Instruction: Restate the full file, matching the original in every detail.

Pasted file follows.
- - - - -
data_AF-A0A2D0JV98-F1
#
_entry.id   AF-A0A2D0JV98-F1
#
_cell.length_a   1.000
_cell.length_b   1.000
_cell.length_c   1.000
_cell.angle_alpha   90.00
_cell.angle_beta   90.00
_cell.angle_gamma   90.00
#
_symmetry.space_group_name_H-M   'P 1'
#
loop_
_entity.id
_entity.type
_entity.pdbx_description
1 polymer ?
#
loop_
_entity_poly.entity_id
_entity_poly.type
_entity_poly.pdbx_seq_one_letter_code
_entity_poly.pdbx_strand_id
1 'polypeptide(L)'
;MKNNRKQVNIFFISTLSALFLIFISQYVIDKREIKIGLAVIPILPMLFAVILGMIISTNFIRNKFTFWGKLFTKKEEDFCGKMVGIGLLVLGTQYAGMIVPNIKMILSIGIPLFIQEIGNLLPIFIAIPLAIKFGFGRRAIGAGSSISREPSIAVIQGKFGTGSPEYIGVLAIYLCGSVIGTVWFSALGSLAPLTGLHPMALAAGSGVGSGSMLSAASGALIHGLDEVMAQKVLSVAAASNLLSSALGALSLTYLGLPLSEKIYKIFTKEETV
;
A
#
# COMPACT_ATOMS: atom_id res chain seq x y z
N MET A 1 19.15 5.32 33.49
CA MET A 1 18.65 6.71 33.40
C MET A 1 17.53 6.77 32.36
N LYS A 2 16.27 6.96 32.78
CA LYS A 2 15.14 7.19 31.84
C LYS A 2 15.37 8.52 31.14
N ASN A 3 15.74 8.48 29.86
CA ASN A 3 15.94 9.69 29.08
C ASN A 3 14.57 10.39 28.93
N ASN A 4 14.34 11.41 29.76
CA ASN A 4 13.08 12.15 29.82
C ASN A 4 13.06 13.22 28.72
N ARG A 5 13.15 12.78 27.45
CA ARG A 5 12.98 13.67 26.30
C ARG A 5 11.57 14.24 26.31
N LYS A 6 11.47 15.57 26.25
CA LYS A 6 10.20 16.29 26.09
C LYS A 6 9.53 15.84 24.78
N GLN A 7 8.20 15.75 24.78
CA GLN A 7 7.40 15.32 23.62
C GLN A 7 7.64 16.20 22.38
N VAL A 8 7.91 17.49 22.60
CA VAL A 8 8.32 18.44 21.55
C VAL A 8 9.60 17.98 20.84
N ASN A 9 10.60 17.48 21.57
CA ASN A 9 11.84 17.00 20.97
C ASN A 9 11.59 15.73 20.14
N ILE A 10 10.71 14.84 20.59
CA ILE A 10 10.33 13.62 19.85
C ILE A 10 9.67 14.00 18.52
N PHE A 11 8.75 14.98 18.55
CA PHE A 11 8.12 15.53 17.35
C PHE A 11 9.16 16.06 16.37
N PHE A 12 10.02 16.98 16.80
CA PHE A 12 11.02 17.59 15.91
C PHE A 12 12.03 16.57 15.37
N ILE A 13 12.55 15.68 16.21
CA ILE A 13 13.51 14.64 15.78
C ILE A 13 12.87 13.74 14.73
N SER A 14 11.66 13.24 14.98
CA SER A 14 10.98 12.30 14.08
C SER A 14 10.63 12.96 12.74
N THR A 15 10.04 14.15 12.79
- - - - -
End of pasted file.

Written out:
data_AF-A0A2D0JV98-F1
#
_entry.id   AF-A0A2D0JV98-F1
#
_cell.length_a   1.000
_cell.length_b   1.000
_cell.length_c   1.000
_cell.angle_alpha   90.00
_cell.angle_beta   90.00
_cell.angle_gamma   90.00
#
_symmetry.space_group_name_H-M   'P 1'
#
loop_
_entity.id
_entity.type
_entity.pdbx_description
1 polymer ?
#
loop_
_entity_poly.entity_id
_entity_poly.type
_entity_poly.pdbx_seq_one_letter_code
_entity_poly.pdbx_strand_id
1 'polypeptide(L)'
;MKNNRKQVNIFFISTLSALFLIFISQYVIDKREIKIGLAVIPILPMLFAVILGMIISTNFIRNKFTFWGKLFTKKEEDFCGKMVGIGLLVLGTQYAGMIVPNIKMILSIGIPLFIQEIGNLLPIFIAIPLAIKFGFGRRAIGAGSSISREPSIAVIQGKFGTGSPEYIGVLAIYLCGSVIGTVWFSALGSLAPLTGLHPMALAAGSGVGSGSMLSAASGALIHGLDEVMAQKVLSVAAASNLLSSALGALSLTYLGLPLSEKIYKIFTKEETV
;
A
#
# COMPACT_ATOMS: atom_id res chain seq x y z
N MET A 1 19.15 5.32 33.49
CA MET A 1 18.65 6.71 33.40
C MET A 1 17.53 6.77 32.36
N LYS A 2 16.27 6.96 32.78
CA LYS A 2 15.14 7.19 31.84
C LYS A 2 15.37 8.52 31.14
N ASN A 3 15.74 8.48 29.86
CA ASN A 3 15.94 9.69 29.08
C ASN A 3 14.57 10.39 28.93
N ASN A 4 14.34 11.41 29.76
CA ASN A 4 13.08 12.15 29.82
C ASN A 4 13.06 13.22 28.72
N ARG A 5 13.15 12.78 27.45
CA ARG A 5 12.98 13.67 26.30
C ARG A 5 11.57 14.24 26.31
N LYS A 6 11.47 15.57 26.25
CA LYS A 6 10.20 16.29 26.09
C LYS A 6 9.53 15.84 24.78
N GLN A 7 8.20 15.75 24.78
CA GLN A 7 7.40 15.32 23.62
C GLN A 7 7.64 16.20 22.38
N VAL A 8 7.91 17.49 22.60
CA VAL A 8 8.32 18.44 21.55
C VAL A 8 9.60 17.98 20.84
N ASN A 9 10.60 17.48 21.57
CA ASN A 9 11.84 17.00 20.97
C ASN A 9 11.59 15.73 20.14
N ILE A 10 10.71 14.84 20.59
CA ILE A 10 10.33 13.62 19.85
C ILE A 10 9.67 14.00 18.52
N PHE A 11 8.75 14.98 18.55
CA PHE A 11 8.12 15.53 17.35
C PHE A 11 9.16 16.06 16.37
N PHE A 12 10.02 16.98 16.80
CA PHE A 12 11.02 17.59 15.91
C PHE A 12 12.03 16.57 15.37
N ILE A 13 12.55 15.68 16.21
CA ILE A 13 13.51 14.64 15.78
C ILE A 13 12.87 13.74 14.73
N SER A 14 11.66 13.24 14.98
CA SER A 14 10.98 12.30 14.08
C SER A 14 10.63 12.96 12.74
N THR A 15 10.04 14.15 12.79